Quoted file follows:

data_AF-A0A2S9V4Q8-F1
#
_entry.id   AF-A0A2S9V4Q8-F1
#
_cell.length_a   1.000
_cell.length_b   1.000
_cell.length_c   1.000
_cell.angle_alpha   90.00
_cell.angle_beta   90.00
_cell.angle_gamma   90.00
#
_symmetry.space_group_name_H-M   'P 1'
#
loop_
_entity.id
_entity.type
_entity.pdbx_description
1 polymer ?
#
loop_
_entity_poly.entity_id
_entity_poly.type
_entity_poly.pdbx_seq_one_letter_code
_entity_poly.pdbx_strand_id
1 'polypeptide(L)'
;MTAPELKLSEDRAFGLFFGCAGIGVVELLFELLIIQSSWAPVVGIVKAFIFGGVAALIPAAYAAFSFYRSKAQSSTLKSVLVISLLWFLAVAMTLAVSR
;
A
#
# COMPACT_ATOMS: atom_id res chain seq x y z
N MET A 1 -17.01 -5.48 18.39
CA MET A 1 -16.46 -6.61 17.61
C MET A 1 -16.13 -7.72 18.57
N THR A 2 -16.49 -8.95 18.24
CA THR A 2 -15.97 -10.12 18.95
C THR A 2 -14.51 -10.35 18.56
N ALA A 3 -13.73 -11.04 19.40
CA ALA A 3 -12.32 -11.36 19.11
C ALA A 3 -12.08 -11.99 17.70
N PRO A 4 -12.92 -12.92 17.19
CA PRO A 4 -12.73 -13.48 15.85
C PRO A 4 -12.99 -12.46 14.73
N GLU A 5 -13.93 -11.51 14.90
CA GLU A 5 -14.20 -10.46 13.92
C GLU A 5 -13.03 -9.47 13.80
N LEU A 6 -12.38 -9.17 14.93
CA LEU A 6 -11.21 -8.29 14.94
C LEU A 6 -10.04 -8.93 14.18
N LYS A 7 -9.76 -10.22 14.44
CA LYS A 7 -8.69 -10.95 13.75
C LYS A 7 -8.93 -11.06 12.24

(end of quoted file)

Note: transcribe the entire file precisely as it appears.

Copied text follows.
data_AF-A0A2S9V4Q8-F1
#
_entry.id   AF-A0A2S9V4Q8-F1
#
_cell.length_a   1.000
_cell.length_b   1.000
_cell.length_c   1.000
_cell.angle_alpha   90.00
_cell.angle_beta   90.00
_cell.angle_gamma   90.00
#
_symmetry.space_group_name_H-M   'P 1'
#
loop_
_entity.id
_entity.type
_entity.pdbx_description
1 polymer ?
#
loop_
_entity_poly.entity_id
_entity_poly.type
_entity_poly.pdbx_seq_one_letter_code
_entity_poly.pdbx_strand_id
1 'polypeptide(L)'
;MTAPELKLSEDRAFGLFFGCAGIGVVELLFELLIIQSSWAPVVGIVKAFIFGGVAALIPAAYAAFSFYRSKAQSSTLKSVLVISLLWFLAVAMTLAVSR
;
A
#
# COMPACT_ATOMS: atom_id res chain seq x y z
N MET A 1 -17.01 -5.48 18.39
CA MET A 1 -16.46 -6.61 17.61
C MET A 1 -16.13 -7.72 18.57
N THR A 2 -16.49 -8.95 18.24
CA THR A 2 -15.97 -10.12 18.95
C THR A 2 -14.51 -10.35 18.56
N ALA A 3 -13.73 -11.04 19.40
CA ALA A 3 -12.32 -11.36 19.11
C ALA A 3 -12.08 -11.99 17.70
N PRO A 4 -12.92 -12.92 17.19
CA PRO A 4 -12.73 -13.48 15.85
C PRO A 4 -12.99 -12.46 14.73
N GLU A 5 -13.93 -11.51 14.90
CA GLU A 5 -14.20 -10.46 13.92
C GLU A 5 -13.03 -9.47 13.80
N LEU A 6 -12.38 -9.17 14.93
CA LEU A 6 -11.21 -8.29 14.94
C LEU A 6 -10.04 -8.93 14.18
N LYS A 7 -9.76 -10.22 14.44
CA LYS A 7 -8.69 -10.95 13.75
C LYS A 7 -8.93 -11.06 12.24